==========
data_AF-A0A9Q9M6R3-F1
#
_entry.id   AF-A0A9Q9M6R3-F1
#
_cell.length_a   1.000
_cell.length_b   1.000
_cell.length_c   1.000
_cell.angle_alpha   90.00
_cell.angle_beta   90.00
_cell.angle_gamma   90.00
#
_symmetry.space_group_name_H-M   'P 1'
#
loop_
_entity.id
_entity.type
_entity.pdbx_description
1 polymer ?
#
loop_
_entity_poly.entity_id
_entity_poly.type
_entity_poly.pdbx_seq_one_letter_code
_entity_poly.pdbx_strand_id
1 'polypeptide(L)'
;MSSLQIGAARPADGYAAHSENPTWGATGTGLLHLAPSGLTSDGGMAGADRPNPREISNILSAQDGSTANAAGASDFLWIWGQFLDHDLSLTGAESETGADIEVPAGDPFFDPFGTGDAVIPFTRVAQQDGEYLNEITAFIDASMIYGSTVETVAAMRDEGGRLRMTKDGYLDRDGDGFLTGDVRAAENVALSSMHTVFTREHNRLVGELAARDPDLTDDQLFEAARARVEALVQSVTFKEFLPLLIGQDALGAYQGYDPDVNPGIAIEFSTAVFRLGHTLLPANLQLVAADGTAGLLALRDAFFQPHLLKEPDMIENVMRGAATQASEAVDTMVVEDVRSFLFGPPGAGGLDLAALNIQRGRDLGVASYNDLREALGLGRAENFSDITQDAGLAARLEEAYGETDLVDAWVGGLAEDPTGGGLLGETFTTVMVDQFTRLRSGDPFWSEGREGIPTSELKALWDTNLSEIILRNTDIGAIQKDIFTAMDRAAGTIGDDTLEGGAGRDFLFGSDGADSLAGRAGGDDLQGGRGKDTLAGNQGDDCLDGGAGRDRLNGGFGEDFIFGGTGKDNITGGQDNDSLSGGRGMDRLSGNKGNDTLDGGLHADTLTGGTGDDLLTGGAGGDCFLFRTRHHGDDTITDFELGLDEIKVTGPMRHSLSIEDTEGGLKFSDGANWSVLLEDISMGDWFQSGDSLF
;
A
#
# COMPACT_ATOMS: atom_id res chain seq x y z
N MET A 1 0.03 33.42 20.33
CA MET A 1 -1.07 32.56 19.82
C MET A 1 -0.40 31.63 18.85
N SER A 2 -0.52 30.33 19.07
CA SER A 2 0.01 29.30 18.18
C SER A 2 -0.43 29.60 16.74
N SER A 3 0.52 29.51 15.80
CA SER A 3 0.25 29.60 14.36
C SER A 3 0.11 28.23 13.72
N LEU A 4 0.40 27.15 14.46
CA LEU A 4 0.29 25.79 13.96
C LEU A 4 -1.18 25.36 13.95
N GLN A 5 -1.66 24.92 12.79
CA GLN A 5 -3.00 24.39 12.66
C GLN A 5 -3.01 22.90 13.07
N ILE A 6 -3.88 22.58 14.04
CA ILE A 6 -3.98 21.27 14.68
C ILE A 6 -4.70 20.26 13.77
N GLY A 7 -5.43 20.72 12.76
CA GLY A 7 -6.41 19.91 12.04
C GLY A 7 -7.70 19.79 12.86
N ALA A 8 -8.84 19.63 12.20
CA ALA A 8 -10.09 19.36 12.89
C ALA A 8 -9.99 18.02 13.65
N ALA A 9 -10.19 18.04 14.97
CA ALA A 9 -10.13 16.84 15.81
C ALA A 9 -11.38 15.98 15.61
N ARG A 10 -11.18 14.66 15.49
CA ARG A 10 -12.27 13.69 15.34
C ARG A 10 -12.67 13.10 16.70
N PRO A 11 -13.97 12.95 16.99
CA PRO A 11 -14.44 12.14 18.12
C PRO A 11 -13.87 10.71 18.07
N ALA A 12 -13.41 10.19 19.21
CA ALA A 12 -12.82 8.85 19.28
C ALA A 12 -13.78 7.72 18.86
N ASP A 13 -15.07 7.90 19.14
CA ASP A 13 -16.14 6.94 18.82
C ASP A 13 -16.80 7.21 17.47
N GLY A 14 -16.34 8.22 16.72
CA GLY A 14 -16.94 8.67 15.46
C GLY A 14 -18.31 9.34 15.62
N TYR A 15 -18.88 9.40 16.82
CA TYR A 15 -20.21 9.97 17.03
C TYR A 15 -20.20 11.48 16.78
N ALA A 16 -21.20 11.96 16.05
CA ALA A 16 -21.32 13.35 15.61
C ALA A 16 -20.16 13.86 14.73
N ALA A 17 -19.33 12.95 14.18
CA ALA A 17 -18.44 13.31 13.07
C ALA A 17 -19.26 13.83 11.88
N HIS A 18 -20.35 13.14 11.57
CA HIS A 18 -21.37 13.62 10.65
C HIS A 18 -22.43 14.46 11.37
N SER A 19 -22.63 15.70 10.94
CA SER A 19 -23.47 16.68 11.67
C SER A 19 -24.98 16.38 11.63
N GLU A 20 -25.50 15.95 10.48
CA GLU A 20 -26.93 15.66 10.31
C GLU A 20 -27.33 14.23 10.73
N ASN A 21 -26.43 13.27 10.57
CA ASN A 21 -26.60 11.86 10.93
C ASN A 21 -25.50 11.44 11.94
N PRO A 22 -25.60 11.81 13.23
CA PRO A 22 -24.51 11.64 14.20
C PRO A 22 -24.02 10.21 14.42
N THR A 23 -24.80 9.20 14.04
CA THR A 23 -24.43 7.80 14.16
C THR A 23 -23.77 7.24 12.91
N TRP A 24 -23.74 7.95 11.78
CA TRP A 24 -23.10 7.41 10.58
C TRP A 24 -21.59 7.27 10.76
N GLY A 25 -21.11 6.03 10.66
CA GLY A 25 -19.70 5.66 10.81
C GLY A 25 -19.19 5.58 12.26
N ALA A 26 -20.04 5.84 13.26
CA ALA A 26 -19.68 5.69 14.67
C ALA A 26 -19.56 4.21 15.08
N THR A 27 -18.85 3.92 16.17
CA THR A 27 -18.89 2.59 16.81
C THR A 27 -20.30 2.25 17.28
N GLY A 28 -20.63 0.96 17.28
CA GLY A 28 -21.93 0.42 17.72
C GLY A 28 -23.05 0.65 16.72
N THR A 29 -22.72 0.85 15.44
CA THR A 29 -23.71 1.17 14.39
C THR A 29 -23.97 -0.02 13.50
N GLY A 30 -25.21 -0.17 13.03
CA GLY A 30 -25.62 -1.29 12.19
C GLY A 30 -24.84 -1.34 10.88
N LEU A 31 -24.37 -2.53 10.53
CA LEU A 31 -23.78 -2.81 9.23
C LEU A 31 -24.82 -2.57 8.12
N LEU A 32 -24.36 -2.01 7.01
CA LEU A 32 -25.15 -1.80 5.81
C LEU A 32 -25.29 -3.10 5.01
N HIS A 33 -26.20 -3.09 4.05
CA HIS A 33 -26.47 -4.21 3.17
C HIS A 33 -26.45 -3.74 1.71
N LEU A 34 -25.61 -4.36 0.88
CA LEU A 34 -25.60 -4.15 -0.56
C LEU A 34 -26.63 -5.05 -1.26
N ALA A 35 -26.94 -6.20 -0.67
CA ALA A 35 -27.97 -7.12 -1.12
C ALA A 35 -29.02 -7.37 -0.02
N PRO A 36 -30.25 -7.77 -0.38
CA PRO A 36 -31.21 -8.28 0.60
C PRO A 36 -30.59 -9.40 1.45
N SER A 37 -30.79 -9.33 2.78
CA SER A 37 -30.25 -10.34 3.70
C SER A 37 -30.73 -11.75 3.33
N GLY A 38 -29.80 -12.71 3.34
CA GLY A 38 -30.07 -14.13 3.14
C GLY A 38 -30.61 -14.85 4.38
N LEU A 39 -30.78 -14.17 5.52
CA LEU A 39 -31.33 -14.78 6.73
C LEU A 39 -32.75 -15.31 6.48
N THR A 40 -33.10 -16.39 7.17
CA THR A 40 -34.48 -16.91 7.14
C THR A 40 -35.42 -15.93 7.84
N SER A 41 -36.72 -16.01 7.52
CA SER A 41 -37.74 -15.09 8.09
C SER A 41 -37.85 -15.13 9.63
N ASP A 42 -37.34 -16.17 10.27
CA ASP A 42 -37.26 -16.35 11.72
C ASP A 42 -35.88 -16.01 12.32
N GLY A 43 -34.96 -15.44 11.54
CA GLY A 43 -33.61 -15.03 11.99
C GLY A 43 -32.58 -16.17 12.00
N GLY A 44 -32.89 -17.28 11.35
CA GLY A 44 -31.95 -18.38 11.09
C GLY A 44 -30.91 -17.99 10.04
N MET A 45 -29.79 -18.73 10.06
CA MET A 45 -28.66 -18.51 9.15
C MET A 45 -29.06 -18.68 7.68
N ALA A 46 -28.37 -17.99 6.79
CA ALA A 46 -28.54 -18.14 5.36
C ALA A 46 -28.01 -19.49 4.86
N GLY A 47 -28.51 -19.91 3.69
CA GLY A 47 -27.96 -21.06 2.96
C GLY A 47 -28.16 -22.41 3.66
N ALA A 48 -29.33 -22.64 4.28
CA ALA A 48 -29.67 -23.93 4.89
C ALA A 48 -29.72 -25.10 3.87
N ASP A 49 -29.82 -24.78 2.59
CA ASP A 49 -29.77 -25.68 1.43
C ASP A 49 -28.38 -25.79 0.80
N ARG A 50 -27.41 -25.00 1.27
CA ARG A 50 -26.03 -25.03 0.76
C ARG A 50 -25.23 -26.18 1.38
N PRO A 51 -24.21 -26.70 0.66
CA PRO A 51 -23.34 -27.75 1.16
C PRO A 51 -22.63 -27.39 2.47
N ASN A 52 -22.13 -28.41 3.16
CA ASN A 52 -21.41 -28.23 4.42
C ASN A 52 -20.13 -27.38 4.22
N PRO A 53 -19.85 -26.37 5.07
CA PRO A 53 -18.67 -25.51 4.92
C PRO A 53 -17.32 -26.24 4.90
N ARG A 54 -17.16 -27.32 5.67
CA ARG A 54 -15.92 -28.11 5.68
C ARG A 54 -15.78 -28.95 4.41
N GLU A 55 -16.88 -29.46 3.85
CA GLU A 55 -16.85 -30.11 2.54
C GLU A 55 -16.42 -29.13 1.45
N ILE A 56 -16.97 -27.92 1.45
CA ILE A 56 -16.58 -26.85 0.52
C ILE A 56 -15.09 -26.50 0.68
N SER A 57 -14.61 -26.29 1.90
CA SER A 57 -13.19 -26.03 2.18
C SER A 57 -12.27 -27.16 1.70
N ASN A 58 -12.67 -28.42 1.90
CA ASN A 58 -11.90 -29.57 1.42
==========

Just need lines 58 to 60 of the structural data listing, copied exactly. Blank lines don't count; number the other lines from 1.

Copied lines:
N ARG A 10 -11.18 14.66 15.49
CA ARG A 10 -12.27 13.69 15.34
C ARG A 10 -12.67 13.10 16.70